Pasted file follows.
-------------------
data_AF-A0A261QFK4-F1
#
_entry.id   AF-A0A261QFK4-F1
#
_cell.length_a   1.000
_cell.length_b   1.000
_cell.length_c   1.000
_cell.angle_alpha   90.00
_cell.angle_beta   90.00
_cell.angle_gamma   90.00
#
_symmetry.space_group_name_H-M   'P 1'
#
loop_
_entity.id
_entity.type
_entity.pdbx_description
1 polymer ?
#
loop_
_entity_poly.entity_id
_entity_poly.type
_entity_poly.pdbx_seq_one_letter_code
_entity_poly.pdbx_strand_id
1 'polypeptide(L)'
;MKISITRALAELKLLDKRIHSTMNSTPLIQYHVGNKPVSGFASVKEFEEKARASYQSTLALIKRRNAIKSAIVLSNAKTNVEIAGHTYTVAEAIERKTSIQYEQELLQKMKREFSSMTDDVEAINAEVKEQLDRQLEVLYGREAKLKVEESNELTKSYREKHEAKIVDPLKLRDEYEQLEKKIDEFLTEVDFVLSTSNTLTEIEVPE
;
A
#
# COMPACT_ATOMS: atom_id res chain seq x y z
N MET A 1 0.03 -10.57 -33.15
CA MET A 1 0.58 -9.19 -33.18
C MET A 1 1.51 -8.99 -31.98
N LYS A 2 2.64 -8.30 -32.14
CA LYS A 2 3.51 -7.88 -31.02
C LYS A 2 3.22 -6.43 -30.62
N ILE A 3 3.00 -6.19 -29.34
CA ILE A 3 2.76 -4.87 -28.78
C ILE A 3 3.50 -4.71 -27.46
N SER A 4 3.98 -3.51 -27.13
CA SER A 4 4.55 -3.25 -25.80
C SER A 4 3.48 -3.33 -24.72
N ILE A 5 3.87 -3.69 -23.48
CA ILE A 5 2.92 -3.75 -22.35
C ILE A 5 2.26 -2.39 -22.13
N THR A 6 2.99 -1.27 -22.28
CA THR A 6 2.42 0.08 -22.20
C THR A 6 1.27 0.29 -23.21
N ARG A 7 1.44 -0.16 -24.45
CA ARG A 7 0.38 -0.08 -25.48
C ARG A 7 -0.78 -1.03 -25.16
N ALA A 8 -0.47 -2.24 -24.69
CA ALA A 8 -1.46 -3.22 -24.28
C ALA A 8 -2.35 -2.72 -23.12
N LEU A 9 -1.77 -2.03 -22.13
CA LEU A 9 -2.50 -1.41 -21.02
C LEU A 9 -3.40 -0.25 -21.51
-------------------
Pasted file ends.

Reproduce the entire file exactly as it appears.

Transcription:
data_AF-A0A261QFK4-F1
#
_entry.id   AF-A0A261QFK4-F1
#
_cell.length_a   1.000
_cell.length_b   1.000
_cell.length_c   1.000
_cell.angle_alpha   90.00
_cell.angle_beta   90.00
_cell.angle_gamma   90.00
#
_symmetry.space_group_name_H-M   'P 1'
#
loop_
_entity.id
_entity.type
_entity.pdbx_description
1 polymer ?
#
loop_
_entity_poly.entity_id
_entity_poly.type
_entity_poly.pdbx_seq_one_letter_code
_entity_poly.pdbx_strand_id
1 'polypeptide(L)'
;MKISITRALAELKLLDKRIHSTMNSTPLIQYHVGNKPVSGFASVKEFEEKARASYQSTLALIKRRNAIKSAIVLSNAKTNVEIAGHTYTVAEAIERKTSIQYEQELLQKMKREFSSMTDDVEAINAEVKEQLDRQLEVLYGREAKLKVEESNELTKSYREKHEAKIVDPLKLRDEYEQLEKKIDEFLTEVDFVLSTSNTLTEIEVPE
;
A
#
# COMPACT_ATOMS: atom_id res chain seq x y z
N MET A 1 0.03 -10.57 -33.15
CA MET A 1 0.58 -9.19 -33.18
C MET A 1 1.51 -8.99 -31.98
N LYS A 2 2.64 -8.30 -32.14
CA LYS A 2 3.51 -7.88 -31.02
C LYS A 2 3.22 -6.43 -30.62
N ILE A 3 3.00 -6.19 -29.34
CA ILE A 3 2.76 -4.87 -28.78
C ILE A 3 3.50 -4.71 -27.46
N SER A 4 3.98 -3.51 -27.13
CA SER A 4 4.55 -3.25 -25.80
C SER A 4 3.48 -3.33 -24.72
N ILE A 5 3.87 -3.69 -23.48
CA ILE A 5 2.92 -3.75 -22.35
C ILE A 5 2.26 -2.39 -22.13
N THR A 6 2.99 -1.27 -22.28
CA THR A 6 2.42 0.08 -22.20
C THR A 6 1.27 0.29 -23.21
N ARG A 7 1.44 -0.16 -24.45
CA ARG A 7 0.38 -0.08 -25.48
C ARG A 7 -0.78 -1.03 -25.16
N ALA A 8 -0.47 -2.24 -24.69
CA ALA A 8 -1.46 -3.22 -24.28
C ALA A 8 -2.35 -2.72 -23.12
N LEU A 9 -1.77 -2.03 -22.13
CA LEU A 9 -2.50 -1.41 -21.02
C LEU A 9 -3.40 -0.25 -21.51